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Back to Jerez…

Just had a week in a (very hot) Jerez. What follows is some of the more interesting bottles with some minimal tasting notes.

All wines tried were from the local region and all were bought, bar two, from Licores Corredera, an excellent wine shop in the middle of town, with an extensive stock and reasonable prices.

Firstly, sherry and manzanilla.

La Ina remains my favourite of the widely sold sherries, even better with a plate of jamon. €4 for a half bottle in a local tabanco. The ham cost more.

Of the manzanillas we tried, including Solear and La Gitana, I preferred San Leon – just a bit more intense. €3.10 for a half which makes it slightly more expensive than the other two.

A new sherry shop had opened round the corner to our apartment. The stock, including wine, was rather ordinary in range – nowhere near as good as Licores –  but they did sell Urium which I’ve never tried and one which is promoted in the UK. Pretty good and the equal to any other en rama tried in England, like Tio Pepe.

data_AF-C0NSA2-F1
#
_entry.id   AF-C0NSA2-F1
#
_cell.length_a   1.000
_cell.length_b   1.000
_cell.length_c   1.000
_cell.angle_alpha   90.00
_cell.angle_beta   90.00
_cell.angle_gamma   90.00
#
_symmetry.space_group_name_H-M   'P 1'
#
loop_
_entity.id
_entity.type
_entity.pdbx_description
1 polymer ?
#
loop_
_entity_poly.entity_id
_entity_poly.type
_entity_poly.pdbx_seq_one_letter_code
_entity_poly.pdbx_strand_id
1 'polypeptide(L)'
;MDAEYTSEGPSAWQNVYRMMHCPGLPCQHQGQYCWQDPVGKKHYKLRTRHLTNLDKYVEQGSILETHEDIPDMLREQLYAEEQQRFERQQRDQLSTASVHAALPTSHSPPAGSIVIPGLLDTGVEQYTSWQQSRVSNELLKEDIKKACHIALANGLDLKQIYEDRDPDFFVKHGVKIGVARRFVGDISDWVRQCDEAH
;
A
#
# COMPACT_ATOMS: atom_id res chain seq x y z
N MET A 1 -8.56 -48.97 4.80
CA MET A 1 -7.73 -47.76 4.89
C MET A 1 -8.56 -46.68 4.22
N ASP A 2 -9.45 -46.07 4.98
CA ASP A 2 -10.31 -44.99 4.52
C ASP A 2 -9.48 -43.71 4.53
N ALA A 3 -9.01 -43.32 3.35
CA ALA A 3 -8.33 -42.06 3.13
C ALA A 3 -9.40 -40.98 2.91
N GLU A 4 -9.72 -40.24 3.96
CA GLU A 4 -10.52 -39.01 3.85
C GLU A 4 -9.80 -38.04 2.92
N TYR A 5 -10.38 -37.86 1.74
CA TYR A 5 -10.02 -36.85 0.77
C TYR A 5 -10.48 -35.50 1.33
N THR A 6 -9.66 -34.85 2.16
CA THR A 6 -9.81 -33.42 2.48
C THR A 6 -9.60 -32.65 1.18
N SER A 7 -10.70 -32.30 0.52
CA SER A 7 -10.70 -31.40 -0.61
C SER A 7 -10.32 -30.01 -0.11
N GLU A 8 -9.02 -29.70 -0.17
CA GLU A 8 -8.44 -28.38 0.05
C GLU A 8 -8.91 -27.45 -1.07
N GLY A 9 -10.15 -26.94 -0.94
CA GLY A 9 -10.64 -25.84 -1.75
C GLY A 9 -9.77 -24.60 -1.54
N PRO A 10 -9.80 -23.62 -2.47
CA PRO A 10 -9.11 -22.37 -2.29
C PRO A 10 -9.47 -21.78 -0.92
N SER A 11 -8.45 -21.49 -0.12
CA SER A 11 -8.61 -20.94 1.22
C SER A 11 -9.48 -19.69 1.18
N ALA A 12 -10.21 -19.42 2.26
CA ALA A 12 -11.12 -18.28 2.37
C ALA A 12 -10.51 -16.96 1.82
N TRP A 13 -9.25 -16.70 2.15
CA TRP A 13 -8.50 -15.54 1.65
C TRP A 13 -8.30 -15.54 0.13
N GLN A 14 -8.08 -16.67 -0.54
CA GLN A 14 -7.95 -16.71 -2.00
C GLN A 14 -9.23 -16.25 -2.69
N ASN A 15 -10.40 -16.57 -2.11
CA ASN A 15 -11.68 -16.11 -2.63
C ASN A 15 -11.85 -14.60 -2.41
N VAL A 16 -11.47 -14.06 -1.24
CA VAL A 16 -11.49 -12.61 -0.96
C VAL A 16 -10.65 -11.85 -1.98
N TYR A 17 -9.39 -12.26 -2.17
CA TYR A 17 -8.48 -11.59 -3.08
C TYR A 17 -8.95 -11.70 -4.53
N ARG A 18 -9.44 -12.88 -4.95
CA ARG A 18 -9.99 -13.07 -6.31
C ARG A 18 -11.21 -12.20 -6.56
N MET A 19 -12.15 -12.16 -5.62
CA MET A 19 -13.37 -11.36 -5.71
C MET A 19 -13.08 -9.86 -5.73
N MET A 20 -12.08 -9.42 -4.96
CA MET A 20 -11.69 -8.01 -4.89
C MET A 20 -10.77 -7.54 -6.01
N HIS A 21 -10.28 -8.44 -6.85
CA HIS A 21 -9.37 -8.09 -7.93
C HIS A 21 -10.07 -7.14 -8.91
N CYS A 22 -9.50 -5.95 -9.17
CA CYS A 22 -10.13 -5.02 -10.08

Out for a walk one morning I spotted a ‘despacho des vinos’, (shown below) open in what used to be, as I recall, a Lustau bodega. The old boy in front of me was buying five litres of fino from the barrel, at €2.75 a litre. I went for a half bottle of Bertola for much the same price. Rather ordinary, I’m afraid.

The final sherry tried was the best. This was a Colosia en rama, from El Puerto, another sherry town. Very pure, powerful yet refined and elegant. A pleasure to drink and a bargain at €12.60 for 50cl.

Red wines:

This was another El Puerto wine – the vineyard once belonged to someone called Forlong – and was an assemblage of syrah, merlot and tintilla. A good drink but not especially distinctive, around €8.

The next was highly recommended by the equally recommendable Jerez-Xeres-Sherry blog but I found it uninteresting despite it being Tempranillo, Petit Verdot, Syrah and Tintilla with 11 months in oak (€6.40). Made by Barbadillo who supply many restaurants with their very drinkable white Castillo.